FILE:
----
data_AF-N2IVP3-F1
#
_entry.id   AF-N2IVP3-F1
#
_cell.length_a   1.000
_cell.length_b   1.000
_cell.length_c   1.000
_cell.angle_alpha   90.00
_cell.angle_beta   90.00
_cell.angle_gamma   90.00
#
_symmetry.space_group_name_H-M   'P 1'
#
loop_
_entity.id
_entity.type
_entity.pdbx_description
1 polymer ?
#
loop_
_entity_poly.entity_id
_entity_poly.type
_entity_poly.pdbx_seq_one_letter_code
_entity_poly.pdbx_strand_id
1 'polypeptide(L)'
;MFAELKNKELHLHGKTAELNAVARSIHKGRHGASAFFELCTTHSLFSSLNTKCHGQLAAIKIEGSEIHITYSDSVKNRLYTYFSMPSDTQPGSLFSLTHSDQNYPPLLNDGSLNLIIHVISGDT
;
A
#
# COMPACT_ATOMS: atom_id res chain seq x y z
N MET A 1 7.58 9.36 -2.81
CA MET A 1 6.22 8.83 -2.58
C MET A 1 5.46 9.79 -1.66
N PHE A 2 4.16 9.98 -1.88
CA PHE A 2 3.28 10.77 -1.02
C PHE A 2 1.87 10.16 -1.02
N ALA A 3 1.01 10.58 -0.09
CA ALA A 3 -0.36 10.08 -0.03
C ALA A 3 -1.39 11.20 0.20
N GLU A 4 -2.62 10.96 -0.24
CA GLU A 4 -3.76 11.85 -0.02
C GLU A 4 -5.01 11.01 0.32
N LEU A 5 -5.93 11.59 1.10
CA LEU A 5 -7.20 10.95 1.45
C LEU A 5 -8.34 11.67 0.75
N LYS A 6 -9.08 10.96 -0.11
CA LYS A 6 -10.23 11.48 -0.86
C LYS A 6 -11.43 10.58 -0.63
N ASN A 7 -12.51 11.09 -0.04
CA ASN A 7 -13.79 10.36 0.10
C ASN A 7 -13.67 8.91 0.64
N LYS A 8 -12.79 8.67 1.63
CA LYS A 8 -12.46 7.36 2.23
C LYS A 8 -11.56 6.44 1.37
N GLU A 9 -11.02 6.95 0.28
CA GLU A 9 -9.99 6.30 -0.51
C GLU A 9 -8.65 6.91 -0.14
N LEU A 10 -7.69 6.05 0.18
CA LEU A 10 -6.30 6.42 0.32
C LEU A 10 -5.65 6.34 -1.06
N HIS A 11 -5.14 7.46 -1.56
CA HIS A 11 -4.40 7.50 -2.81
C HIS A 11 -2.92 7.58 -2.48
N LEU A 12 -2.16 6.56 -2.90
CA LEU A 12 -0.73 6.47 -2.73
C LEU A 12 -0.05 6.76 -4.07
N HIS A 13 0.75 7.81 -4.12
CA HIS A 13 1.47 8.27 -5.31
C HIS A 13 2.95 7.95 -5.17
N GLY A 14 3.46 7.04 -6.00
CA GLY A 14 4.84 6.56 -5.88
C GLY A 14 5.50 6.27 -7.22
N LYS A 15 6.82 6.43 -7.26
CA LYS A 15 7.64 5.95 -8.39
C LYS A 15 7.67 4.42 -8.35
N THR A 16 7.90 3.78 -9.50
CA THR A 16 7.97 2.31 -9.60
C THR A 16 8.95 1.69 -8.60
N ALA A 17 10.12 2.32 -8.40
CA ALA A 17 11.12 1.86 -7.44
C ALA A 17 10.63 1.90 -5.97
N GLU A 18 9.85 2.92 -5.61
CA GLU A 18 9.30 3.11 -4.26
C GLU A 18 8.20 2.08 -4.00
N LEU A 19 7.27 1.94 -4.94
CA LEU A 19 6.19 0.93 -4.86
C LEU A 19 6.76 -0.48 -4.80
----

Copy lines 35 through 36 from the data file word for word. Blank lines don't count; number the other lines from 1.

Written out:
CA PHE A 2 3.28 10.77 -1.02
C PHE A 2 1.87 10.16 -1.02